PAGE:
Best Filters For Dealing With Wildfire Smoke in Your Home

Follow CR's advice for improving indoor air quality with filters for your HVAC system

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Red sky with wildfire smoke Photo: Getty Images

In addition to the devastating loss of homes and businesses, wildfire season can bring unhealthy air conditions across the West.

With such dirty air outside, it can be difficult to keep the air inside your home clean. Even if you keep your doors and windows closed, which is recommended, air can seep in through cracks and leaks. One way to clear the air is by running the fan on your central heating or cooling system, to cycle air through the filter.

An HVAC air filter will catch much of the smoke that’s in your home—assuming it's a good one.

“You want a filter with a high MERV rating,” says Dave Trezza, the engineer who runs Consumer Reports’ air filter labs. MERV stands for minimum efficiency reporting value, and the higher it is, the more contaminants the filter removes. The top performers in our tests typically have a MERV rating higher than 10, and they range in thickness from 1 inch to 5 inches.

More on Air Filters

For getting rid of smoke and other household pollutants, “any filter that gets a Very Good or Excellent in our tests when the system is running on high would be a good choice,” Trezza says.

Robert Hamerly, the principal of Greensavers, an energy efficiency and HVAC company based in the fire-prone Oregon cities of Bend and Portland, says you'll want to change your filters more often during fire season. “We’re seeing a lot of dirty filters," he says. "They’re getting gummed up more than usual." (Even if you’re not dealing with a ton of smoke, if you’re spending more time indoors because of the pandemic, you should check your filter more often.)

Check the filter to see whether it looks dirty. You may also notice a degradation in airflow. Both are indications that the filter is not cleaning the air properly, and you'll need to replace it. You can buy air filters in packs online and at home improvement stores. Some online retailers also offer subscriptions so that your supply is automatically replenished every month or in the time frame you choose.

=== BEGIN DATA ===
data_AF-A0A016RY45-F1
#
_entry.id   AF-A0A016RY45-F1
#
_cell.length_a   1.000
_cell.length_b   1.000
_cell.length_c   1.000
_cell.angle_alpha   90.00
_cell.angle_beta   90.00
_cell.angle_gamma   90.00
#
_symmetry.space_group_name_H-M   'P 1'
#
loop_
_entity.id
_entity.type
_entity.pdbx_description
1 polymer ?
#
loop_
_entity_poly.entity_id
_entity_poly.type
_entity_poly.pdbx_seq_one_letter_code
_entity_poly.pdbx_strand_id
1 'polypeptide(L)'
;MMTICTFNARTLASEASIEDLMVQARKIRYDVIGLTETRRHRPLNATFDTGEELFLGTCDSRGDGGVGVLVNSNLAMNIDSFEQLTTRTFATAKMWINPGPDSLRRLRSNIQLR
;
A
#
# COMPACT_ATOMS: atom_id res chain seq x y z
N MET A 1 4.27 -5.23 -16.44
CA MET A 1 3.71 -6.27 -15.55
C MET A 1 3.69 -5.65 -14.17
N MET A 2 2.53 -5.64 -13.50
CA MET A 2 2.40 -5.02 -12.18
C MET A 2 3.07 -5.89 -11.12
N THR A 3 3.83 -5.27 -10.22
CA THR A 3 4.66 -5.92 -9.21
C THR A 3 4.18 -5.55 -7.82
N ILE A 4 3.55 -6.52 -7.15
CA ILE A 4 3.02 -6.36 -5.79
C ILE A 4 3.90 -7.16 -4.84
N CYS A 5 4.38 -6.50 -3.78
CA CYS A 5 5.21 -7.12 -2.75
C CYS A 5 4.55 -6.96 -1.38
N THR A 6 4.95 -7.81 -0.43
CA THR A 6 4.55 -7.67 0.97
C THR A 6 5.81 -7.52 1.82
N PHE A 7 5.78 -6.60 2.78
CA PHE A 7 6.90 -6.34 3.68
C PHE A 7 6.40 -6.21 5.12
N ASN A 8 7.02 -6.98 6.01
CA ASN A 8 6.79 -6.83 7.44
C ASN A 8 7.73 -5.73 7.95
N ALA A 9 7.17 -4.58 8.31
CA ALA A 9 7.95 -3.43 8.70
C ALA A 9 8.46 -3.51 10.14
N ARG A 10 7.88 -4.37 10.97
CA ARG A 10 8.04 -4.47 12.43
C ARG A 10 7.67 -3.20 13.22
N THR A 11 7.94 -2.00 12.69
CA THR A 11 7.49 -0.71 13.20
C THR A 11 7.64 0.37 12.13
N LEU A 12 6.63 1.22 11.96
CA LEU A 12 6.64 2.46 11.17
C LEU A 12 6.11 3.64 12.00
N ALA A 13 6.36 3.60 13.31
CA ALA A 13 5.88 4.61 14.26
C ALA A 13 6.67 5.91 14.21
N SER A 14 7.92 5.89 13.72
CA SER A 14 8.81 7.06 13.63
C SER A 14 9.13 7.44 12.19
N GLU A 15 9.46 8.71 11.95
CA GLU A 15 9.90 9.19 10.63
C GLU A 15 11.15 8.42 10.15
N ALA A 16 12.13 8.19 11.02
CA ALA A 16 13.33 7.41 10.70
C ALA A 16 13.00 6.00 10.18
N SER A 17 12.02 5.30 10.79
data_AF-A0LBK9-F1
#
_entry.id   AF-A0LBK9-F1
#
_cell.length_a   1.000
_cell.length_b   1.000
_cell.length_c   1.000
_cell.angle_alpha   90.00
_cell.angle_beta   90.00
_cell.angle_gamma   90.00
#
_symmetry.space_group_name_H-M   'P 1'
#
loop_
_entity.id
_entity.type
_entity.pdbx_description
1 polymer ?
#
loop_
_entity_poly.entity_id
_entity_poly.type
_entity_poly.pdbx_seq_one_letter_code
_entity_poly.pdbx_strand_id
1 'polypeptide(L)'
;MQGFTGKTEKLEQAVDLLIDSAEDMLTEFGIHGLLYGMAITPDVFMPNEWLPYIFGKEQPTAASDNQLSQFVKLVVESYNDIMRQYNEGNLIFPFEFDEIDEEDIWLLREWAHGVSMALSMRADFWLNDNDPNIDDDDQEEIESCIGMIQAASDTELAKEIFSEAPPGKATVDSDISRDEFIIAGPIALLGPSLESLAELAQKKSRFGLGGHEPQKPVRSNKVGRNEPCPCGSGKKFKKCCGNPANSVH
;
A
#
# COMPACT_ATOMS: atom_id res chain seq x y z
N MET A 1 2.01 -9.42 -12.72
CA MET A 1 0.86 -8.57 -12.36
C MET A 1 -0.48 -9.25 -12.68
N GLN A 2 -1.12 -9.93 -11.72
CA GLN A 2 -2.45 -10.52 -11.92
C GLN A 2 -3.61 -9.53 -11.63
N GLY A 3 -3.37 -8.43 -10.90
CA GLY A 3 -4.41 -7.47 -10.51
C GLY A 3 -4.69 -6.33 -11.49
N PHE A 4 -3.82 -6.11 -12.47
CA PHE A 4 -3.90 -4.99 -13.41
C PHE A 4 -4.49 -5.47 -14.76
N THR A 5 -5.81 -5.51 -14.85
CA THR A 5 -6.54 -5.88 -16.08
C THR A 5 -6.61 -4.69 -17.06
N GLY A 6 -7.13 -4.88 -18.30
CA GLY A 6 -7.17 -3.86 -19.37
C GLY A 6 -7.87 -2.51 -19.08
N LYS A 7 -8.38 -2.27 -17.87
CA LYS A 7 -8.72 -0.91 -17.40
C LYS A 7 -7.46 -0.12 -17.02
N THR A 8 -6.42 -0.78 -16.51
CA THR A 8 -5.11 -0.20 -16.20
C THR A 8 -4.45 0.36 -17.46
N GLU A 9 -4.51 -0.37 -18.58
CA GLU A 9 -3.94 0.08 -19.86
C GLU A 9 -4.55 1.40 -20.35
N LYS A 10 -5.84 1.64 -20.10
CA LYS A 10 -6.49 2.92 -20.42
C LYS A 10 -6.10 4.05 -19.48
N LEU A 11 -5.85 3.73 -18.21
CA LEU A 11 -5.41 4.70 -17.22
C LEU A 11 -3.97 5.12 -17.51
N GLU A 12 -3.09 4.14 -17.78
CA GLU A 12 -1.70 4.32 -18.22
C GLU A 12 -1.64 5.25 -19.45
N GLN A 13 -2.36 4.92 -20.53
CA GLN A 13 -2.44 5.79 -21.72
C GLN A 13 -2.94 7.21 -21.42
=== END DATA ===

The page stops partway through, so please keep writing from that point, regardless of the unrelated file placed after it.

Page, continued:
Here are the top four air filters from our tests—all earn an Excellent rating for smoke removal. For more choices, check out the best air filters for your furnace and central air.

Below, you'll also find more tips for keeping smoke out of your house, as well as measures to take against smoke from the next wildfire.

Best Air Filters for Smoke Removal

More Ways to Keep Smoke Out of Your Home

In addition to using a high MERV filter in your HVAC system, follow these additional steps to keep healthy air in and smoke out.

What to Do Now if There's Smoke in Your Area
• Keep all doors and windows closed.
• If air is seeping in around windows and under doors and you don’t have caulking or the other supplies you need to seal them, use duct or package tape to tape around your window frame where you feel a draft, and put towels in front of the doors.
• Even if you don’t need your air conditioning, run just the fan on your HVAC system on a low setting so that you can filter the air in your home.

What to Do Before the Next Wildfire
Wildfire season seems to be getting longer, but when this one subsides, there are a number of things you can do to prepare for the next one, Hamerly says.

• Seal all leaks. Walk around the house to see where you feel drafts, usually around windows and doors.
• Use caulk to seal your windows and doors from both the inside and outside. (You’ll need different types of caulk for the interior and exterior; ask at your hardware or home improvement store.) Always remove the old caulk before replacing it with new. Covering loose caulk is an exercise in futility because it won’t seal the leak.
• Consider upgrading your air filtration system. In our tests, we found that thicker air filters were more effective at removing impurities. If your system accommodates the basic 1-inch-thick filter, you’ll need to have a pro install a larger filter box to accommodate the thicker size.

Mary H.J. Farrell

Knowing that I wanted to be a journalist from a young age, I decided to spiff up my byline by adding the middle initials "H.J." A veteran of online and print journalism, I've worked at People, MSNBC, Ladies’ Home Journal, Good Housekeeping, and an online Consumer Reports wannabe. But the real thing is so much better. Follow me on Twitter.